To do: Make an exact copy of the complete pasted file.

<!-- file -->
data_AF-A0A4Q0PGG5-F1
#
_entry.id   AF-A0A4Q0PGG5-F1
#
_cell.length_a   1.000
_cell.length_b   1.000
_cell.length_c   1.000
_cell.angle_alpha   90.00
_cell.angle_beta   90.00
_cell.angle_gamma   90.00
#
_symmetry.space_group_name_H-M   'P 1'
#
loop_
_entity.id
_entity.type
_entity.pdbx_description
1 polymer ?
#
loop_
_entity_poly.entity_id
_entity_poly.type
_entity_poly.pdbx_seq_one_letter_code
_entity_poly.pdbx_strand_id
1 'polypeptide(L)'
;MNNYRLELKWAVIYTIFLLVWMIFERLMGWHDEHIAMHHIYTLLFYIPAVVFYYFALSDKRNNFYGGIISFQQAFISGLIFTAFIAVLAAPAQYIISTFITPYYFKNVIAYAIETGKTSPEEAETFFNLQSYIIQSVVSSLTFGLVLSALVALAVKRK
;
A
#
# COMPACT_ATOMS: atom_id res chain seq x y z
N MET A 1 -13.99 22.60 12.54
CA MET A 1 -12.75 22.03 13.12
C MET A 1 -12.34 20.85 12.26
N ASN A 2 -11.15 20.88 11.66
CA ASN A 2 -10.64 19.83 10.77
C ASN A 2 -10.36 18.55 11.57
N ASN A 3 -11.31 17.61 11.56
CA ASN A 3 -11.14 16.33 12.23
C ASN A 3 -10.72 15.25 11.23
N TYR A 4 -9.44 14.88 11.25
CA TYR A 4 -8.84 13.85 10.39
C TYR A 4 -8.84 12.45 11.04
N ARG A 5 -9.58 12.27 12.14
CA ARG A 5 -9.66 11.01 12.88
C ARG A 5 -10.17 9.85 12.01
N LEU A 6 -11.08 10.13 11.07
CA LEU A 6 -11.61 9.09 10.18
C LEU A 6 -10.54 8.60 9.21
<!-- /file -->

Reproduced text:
data_AF-A0A4Q0PGG5-F1
#
_entry.id   AF-A0A4Q0PGG5-F1
#
_cell.length_a   1.000
_cell.length_b   1.000
_cell.length_c   1.000
_cell.angle_alpha   90.00
_cell.angle_beta   90.00
_cell.angle_gamma   90.00
#
_symmetry.space_group_name_H-M   'P 1'
#
loop_
_entity.id
_entity.type
_entity.pdbx_description
1 polymer ?
#
loop_
_entity_poly.entity_id
_entity_poly.type
_entity_poly.pdbx_seq_one_letter_code
_entity_poly.pdbx_strand_id
1 'polypeptide(L)'
;MNNYRLELKWAVIYTIFLLVWMIFERLMGWHDEHIAMHHIYTLLFYIPAVVFYYFALSDKRNNFYGGIISFQQAFISGLIFTAFIAVLAAPAQYIISTFITPYYFKNVIAYAIETGKTSPEEAETFFNLQSYIIQSVVSSLTFGLVLSALVALAVKRK
;
A
#
# COMPACT_ATOMS: atom_id res chain seq x y z
N MET A 1 -13.99 22.60 12.54
CA MET A 1 -12.75 22.03 13.12
C MET A 1 -12.34 20.85 12.26
N ASN A 2 -11.15 20.88 11.66
CA ASN A 2 -10.64 19.83 10.77
C ASN A 2 -10.36 18.55 11.57
N ASN A 3 -11.31 17.61 11.56
CA ASN A 3 -11.14 16.33 12.23
C ASN A 3 -10.72 15.25 11.23
N TYR A 4 -9.44 14.88 11.25
CA TYR A 4 -8.84 13.85 10.39
C TYR A 4 -8.84 12.45 11.04
N ARG A 5 -9.58 12.27 12.14
CA ARG A 5 -9.66 11.01 12.88
C ARG A 5 -10.17 9.85 12.01
N LEU A 6 -11.08 10.13 11.07
CA LEU A 6 -11.61 9.09 10.18
C LEU A 6 -10.54 8.60 9.21